Long before the old “Nutcracker” takes its final bow and the new “Nutcracker” arrives on the Auditorium stage there will be much to savor, including, for the third year in a row, an “additional” single weekend program (Sept. 16-20) titled “Millennials.” The program will showcase world premieres by two of this country’s most promising “next generation” choreographic talents: Annabelle Lopez Ochoa (whose 22-minute, as yet untitled work, will feature 20 dancers in a series of ensembles set to Michael Gordon’s “Weather One”), and Myles Thatcher (a dancer and choreographer with the San Francisco Ballet, whose new work will be set to music by Steve Reich). It also will feature the Joffrey premiere of Wheeldon’s “Fool’s Paradise,” a piece set to music by Joby Talbot, in which the dancers’ bodies form a series of living sculptures as flower petals rain down.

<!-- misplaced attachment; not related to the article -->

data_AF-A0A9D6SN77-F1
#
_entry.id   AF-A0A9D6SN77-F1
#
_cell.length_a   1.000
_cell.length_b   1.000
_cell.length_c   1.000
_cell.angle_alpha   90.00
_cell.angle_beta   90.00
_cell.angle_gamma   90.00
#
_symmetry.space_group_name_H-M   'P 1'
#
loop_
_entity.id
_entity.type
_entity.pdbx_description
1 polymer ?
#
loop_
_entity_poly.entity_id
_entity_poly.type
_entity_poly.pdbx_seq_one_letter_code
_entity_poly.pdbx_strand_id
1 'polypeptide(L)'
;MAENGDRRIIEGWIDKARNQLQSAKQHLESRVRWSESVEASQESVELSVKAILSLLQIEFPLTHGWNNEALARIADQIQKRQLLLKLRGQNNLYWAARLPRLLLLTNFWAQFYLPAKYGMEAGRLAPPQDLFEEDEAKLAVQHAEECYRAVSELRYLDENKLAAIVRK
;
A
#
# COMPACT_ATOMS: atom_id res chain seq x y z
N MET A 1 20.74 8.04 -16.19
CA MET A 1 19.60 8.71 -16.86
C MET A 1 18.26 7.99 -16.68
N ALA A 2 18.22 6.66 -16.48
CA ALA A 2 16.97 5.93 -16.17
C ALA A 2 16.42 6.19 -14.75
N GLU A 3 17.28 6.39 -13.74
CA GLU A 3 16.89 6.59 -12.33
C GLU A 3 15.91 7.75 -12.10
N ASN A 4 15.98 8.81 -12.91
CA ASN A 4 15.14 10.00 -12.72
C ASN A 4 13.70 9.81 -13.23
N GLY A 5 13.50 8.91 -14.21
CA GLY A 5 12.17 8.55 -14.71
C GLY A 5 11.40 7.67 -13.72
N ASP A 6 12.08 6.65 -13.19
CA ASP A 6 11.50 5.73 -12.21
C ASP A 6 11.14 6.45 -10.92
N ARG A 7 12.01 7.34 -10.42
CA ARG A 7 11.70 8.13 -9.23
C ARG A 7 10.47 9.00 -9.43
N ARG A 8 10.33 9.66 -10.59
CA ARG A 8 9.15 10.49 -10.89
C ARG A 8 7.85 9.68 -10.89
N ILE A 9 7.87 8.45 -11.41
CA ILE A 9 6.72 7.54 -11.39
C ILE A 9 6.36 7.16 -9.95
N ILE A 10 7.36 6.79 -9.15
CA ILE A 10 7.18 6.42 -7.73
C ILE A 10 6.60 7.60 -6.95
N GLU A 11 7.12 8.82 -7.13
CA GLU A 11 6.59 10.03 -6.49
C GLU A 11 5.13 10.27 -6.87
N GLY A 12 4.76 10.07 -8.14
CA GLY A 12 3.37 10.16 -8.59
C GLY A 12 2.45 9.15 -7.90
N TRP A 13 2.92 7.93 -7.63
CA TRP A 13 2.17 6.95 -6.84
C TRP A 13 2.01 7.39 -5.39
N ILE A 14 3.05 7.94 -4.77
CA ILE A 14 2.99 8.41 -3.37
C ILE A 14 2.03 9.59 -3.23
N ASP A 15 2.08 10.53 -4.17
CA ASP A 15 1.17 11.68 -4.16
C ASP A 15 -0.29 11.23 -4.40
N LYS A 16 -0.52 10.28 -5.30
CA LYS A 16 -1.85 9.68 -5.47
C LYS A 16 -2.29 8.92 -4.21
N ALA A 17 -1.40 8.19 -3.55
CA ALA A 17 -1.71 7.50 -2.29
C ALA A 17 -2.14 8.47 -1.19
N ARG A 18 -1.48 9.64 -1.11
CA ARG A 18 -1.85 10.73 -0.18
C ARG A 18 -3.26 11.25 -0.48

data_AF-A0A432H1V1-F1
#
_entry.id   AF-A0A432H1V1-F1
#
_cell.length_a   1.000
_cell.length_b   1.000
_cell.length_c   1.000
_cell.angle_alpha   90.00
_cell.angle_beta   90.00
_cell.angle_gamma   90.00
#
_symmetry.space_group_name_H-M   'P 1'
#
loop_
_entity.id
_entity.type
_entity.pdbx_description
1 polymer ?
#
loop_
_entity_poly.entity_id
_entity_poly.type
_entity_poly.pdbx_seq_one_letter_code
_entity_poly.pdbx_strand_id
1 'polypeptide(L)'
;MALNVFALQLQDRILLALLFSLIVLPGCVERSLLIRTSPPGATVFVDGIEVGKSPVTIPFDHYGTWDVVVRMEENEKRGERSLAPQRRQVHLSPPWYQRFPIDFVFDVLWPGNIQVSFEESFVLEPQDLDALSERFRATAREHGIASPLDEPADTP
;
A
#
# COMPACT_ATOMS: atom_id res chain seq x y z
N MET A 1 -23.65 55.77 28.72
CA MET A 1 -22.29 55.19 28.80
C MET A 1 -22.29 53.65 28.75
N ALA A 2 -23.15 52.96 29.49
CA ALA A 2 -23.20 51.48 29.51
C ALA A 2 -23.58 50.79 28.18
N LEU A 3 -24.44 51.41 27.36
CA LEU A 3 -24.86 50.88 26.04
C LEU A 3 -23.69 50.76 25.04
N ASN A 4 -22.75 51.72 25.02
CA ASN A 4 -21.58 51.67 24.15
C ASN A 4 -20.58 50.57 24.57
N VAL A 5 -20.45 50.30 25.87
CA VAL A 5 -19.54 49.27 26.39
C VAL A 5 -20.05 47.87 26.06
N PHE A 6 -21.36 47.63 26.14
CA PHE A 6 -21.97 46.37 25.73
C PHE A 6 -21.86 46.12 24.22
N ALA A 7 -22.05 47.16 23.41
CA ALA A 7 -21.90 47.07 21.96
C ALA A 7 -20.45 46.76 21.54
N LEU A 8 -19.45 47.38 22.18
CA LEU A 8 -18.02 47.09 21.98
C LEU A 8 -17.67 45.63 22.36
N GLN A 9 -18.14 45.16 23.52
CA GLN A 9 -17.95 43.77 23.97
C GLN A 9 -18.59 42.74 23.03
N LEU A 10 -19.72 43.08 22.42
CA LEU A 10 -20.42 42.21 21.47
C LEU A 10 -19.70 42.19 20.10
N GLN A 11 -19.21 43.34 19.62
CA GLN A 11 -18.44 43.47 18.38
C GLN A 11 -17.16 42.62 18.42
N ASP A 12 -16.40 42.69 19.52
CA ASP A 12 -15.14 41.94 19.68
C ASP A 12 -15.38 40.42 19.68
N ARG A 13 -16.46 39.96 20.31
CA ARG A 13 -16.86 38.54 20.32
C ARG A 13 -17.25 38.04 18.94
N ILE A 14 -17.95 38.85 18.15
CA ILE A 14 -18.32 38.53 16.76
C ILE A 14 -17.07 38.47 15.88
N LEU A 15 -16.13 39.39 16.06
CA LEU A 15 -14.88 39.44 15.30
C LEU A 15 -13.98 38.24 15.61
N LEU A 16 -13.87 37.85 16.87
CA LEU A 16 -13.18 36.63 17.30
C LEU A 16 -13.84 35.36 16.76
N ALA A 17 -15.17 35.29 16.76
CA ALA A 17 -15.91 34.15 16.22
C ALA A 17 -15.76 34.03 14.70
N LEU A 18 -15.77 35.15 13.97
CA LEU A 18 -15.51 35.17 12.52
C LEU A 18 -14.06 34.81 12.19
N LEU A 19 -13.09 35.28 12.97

In a prepared statement, Ashley Wheater, the Joffrey’s artistic director, said: “During the season we will celebrate the evolution of the company and its many landmarks. We will bring John Neumeier’s ‘Sylvia’ to the American audience for the first time. We will introduce three world premiere works by some of today’s most exciting choreographers. And after 29 memorable years, we will retire Robert Joffrey’s ‘The Nutcracker,’ paying tribute to its enduring legacy with one final series of performances, while also looking ahead to the 2016 premiere of Christopher Wheeldon’s magical new ‘Nutcracker.’ In the spring, we will revive Frederick Ashton’s ‘Cinderella,’ a favorite of families around the world.”
Here is the rundown for the Joffrey’s 2015-16 subscription season:
Oct. 14-25, 2015: The North American premiere of “Sylvia,” a full length story ballet by the internationally acclaimed, Milwaukee-born choreographer John Neumeier, who has led Germany’s Hamburg Ballet since 1973. Set to the music of Léo Delibes, Neumeier has taken this 19th century classic about the mythic Greek huntress (the first ballet to feature a strong female character) and focused on the title character who, as one critic has described it, “is at the crossroads between adolescence and womanhood … torn between strength and vulnerability … aggressiveness and tenderness.” Neumeier collaborated with Greek painter Yannis Kokkos on the set.